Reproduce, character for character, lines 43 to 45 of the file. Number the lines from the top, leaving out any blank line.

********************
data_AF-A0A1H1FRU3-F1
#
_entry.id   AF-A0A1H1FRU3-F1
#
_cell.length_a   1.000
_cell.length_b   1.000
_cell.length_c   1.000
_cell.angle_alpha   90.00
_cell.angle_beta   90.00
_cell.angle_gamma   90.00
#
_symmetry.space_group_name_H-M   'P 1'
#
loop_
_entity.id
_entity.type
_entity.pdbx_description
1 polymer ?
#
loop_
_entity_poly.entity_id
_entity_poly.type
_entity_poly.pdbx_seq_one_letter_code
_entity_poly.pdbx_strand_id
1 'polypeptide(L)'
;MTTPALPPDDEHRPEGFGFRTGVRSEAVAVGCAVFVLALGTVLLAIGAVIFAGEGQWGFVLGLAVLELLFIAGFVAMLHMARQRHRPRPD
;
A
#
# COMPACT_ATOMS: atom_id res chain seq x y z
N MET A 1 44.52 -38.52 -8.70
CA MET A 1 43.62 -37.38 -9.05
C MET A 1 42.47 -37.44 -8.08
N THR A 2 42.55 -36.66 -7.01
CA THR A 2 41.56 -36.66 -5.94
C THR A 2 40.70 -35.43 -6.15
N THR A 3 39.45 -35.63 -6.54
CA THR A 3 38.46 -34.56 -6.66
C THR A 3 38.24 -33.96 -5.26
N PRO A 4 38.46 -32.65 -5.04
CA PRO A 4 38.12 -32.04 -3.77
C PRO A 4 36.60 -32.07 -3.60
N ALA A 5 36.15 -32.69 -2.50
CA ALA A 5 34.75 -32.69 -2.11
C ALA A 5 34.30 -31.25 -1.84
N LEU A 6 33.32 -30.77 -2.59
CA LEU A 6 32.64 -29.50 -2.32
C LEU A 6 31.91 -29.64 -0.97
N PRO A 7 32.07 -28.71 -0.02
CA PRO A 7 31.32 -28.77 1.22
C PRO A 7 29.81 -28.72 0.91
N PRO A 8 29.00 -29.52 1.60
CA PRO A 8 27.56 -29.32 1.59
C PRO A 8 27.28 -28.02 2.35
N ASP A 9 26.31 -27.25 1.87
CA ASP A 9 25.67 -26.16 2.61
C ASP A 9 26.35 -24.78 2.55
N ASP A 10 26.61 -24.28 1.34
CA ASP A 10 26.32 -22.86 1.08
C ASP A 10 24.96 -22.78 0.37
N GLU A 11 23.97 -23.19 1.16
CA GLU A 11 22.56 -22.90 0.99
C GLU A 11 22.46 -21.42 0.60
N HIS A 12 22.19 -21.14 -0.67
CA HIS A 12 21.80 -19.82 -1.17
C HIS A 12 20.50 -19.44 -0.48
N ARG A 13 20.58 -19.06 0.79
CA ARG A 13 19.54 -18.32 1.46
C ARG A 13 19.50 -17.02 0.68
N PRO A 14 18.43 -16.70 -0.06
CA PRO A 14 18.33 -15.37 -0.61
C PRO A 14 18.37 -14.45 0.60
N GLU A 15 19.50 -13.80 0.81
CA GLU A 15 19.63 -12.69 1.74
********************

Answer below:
N ALA A 5 36.15 -32.69 -2.50
CA ALA A 5 34.75 -32.69 -2.11
C ALA A 5 34.30 -31.25 -1.84